The Canadian flag
The red and white flag of Canada was adopted in 1965 after efforts to find an emblem suiting everyone. It is composed of a white central-square flanked by two red bands. In the white square is a large red maple leaf, a Canadian emblem from the 18th century. More precisely, it is about the sugar maple (“acer saccharum”).
The flag grew out of its coat of arms and the coat of arms grew out of the national symbol, the maple leaf.
The maple leaf transforms the accumulated starch into saccharose through photosynthesis. The starch is dissolved into crude sap, which is collected in spring and manufactured as maple syrup. This terrestrial transformation of the solar energy is the result of an association of celestial and terrestrial influences. The whole symbolism of the maple leaf derives from the manifestation of the Primeval Unity and its fundamental polarization between Heaven and Earth.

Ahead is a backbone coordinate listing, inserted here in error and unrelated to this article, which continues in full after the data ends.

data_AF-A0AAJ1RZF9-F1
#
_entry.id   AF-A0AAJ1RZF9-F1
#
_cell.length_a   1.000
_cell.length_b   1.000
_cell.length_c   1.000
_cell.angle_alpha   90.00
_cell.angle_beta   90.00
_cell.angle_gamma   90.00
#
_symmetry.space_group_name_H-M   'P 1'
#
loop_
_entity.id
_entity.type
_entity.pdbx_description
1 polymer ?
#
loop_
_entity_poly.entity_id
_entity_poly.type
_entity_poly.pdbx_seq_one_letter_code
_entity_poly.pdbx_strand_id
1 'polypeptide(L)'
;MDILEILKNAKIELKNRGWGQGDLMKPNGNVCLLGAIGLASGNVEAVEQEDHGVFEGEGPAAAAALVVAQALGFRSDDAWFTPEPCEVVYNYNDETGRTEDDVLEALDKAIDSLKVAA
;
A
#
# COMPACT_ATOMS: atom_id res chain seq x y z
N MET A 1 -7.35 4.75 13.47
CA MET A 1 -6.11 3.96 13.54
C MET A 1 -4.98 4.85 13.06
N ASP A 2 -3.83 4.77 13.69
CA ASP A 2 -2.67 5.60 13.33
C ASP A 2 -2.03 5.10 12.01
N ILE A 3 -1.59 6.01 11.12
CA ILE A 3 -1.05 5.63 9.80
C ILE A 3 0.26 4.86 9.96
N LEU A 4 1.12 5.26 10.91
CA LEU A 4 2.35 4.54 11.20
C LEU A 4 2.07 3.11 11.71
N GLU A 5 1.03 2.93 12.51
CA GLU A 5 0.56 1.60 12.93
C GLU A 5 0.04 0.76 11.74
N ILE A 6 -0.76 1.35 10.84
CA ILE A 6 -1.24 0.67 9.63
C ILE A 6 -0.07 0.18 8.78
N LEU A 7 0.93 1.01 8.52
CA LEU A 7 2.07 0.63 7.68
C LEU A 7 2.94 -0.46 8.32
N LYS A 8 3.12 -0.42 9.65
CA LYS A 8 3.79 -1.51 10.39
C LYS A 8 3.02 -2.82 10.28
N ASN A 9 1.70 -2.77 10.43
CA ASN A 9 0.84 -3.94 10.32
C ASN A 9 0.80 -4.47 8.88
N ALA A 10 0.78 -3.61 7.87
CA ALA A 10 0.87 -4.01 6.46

The Canadian flag emphasis two movements between the Primeval Unity and its manifestation: the descending way from Unity to the manifestation of all beings as well as the ascending way from the manifested towards Unity. As mentioned by the Senate's President, Maurice Bourget, in 1965: “The flag is the symbol of our country unity as it represents, without a shadow of a doubt, the equality of the Canadian citizens, irrespective of race, language, belief or opinion”.